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If not all continuous functions are differentiable, so how is it that all continuous functions have anti-derivatives?

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    $\begingroup$ yes, this is stated in the fundamental theorem of calculus. $\endgroup$ – Masacroso Dec 10 '17 at 8:48
  • $\begingroup$ Because $g(x)=\int_0^x f(t)\,dt$ is differentiable and $g'(x)=f(x)$. $\endgroup$ – user228113 Dec 10 '17 at 8:48
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    $\begingroup$ Not all natural numbers can be divided by 2, how is it that all can be multiplied by 2? $\endgroup$ – Professor Vector Dec 10 '17 at 8:49
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    $\begingroup$ Also @ProfessorVector: both facts from number theory are almost trivial to prove. The case here is that it is difficult to show that continous functions possess anti-derivatives. I suppose your analogy is more to illustrate that such contrasts should not be hard to believe. $\endgroup$ – Paramanand Singh Dec 10 '17 at 9:46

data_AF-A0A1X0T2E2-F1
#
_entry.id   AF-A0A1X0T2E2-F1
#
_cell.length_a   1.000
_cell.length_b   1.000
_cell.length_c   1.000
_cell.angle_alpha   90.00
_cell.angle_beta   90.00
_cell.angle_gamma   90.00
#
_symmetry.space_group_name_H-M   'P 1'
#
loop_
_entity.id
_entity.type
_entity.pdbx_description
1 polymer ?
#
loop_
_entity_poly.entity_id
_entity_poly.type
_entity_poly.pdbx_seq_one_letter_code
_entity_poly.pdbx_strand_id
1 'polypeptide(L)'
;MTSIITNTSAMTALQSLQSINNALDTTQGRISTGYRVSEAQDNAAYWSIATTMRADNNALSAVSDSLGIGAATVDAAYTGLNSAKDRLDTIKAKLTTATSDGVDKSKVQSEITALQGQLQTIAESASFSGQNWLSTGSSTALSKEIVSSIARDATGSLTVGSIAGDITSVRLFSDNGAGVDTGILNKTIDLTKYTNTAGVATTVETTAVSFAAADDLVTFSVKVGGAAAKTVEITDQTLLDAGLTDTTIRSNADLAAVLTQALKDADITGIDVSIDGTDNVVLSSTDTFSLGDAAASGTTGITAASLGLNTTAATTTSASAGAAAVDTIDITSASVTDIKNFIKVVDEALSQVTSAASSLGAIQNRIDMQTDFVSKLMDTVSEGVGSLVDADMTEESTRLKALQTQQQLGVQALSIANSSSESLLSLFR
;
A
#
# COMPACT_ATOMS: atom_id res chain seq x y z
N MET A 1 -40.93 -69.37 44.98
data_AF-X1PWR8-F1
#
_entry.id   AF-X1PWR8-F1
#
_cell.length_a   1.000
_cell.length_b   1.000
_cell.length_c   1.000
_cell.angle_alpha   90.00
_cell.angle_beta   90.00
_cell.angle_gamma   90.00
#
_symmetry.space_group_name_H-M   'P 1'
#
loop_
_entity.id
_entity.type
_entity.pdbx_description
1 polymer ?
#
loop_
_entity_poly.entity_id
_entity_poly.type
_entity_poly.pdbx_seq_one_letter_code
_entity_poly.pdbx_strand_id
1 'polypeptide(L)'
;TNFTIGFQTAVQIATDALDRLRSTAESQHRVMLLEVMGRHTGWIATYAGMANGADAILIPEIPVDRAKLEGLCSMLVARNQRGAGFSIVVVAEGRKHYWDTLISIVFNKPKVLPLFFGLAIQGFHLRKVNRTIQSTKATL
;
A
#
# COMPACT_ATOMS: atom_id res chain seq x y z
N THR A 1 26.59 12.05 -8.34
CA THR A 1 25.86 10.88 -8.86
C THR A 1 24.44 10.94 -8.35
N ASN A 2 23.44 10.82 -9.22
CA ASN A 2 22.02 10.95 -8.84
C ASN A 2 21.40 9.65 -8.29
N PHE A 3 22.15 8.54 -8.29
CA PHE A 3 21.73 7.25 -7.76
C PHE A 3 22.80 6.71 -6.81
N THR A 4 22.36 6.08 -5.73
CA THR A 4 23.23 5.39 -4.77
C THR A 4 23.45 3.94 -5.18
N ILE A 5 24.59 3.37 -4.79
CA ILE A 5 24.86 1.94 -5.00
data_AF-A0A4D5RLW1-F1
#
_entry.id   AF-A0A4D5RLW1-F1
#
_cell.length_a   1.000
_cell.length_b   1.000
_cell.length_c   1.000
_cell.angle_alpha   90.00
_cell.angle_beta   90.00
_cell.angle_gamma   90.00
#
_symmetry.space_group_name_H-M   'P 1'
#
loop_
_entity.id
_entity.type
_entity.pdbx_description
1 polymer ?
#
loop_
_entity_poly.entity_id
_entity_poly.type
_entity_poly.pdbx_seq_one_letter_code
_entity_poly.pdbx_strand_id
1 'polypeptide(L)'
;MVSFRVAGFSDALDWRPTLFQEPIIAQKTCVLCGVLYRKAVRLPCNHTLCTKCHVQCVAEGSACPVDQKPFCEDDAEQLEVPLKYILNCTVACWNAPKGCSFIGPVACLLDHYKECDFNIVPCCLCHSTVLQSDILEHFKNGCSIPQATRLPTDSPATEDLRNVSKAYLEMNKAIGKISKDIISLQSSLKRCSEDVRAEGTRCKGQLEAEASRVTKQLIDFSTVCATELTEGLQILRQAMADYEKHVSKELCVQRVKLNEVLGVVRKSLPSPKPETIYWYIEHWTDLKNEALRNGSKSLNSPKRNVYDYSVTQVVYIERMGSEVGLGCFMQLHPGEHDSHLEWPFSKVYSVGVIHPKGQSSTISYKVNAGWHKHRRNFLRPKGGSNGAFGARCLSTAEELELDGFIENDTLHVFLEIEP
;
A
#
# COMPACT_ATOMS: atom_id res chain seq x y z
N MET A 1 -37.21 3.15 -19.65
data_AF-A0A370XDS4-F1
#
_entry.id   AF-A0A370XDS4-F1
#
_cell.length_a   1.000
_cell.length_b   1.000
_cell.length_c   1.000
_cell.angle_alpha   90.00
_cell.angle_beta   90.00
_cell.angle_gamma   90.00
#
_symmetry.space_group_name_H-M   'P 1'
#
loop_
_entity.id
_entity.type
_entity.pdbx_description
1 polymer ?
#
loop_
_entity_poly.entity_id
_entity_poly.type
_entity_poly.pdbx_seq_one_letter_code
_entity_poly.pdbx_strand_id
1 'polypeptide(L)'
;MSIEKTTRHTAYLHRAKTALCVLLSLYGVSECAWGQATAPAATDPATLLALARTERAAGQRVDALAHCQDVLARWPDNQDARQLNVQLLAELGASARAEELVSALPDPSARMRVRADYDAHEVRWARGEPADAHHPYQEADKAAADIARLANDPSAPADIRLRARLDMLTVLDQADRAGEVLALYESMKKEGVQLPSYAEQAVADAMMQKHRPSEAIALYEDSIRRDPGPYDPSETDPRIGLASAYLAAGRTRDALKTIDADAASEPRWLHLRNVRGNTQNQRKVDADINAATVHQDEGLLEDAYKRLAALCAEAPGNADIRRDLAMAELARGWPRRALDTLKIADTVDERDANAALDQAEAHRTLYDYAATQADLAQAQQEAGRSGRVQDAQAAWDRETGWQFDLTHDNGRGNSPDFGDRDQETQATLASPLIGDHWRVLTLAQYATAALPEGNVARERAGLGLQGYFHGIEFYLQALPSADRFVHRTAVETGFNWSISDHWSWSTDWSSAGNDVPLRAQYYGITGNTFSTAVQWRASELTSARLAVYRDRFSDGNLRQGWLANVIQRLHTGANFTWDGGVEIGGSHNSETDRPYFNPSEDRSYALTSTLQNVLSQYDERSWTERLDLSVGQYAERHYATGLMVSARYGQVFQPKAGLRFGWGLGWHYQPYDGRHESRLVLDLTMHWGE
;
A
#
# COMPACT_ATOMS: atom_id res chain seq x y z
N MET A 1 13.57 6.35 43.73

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    $\begingroup$ @ProfessorVector : if it were that trivial most calculus books would have proved it. It is trivial only when you are already aware of it. The fact that continuous functions are integrable is a typical example of "theorems whose proofs are beyond the scope of the introductory books" but somehow their statements are in their scope. $\endgroup$ – Paramanand Singh Dec 10 '17 at 10:51
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Let $I\subset\mathbb R$ be an interval with more than one point. If $f\colon I\longrightarrow\mathbb R$ is a continuous function, the existence of an anti-derivative of $f$ can be proved as follows: take $a\in I$ and define$$\begin{array}{rccc}F\colon&I&\longrightarrow&\mathbb R\\&x&\mapsto&\displaystyle\int_a^xf(t)\,\mathrm dt.\end{array}$$Then $F$ is a primitive of $f$, by the Fundamental Theorem of Calculus.

You seem to find it strange that every continuous has an anti-derivative while not all continuous functions are differentiable, but it's up to you to explain what's strange about it.

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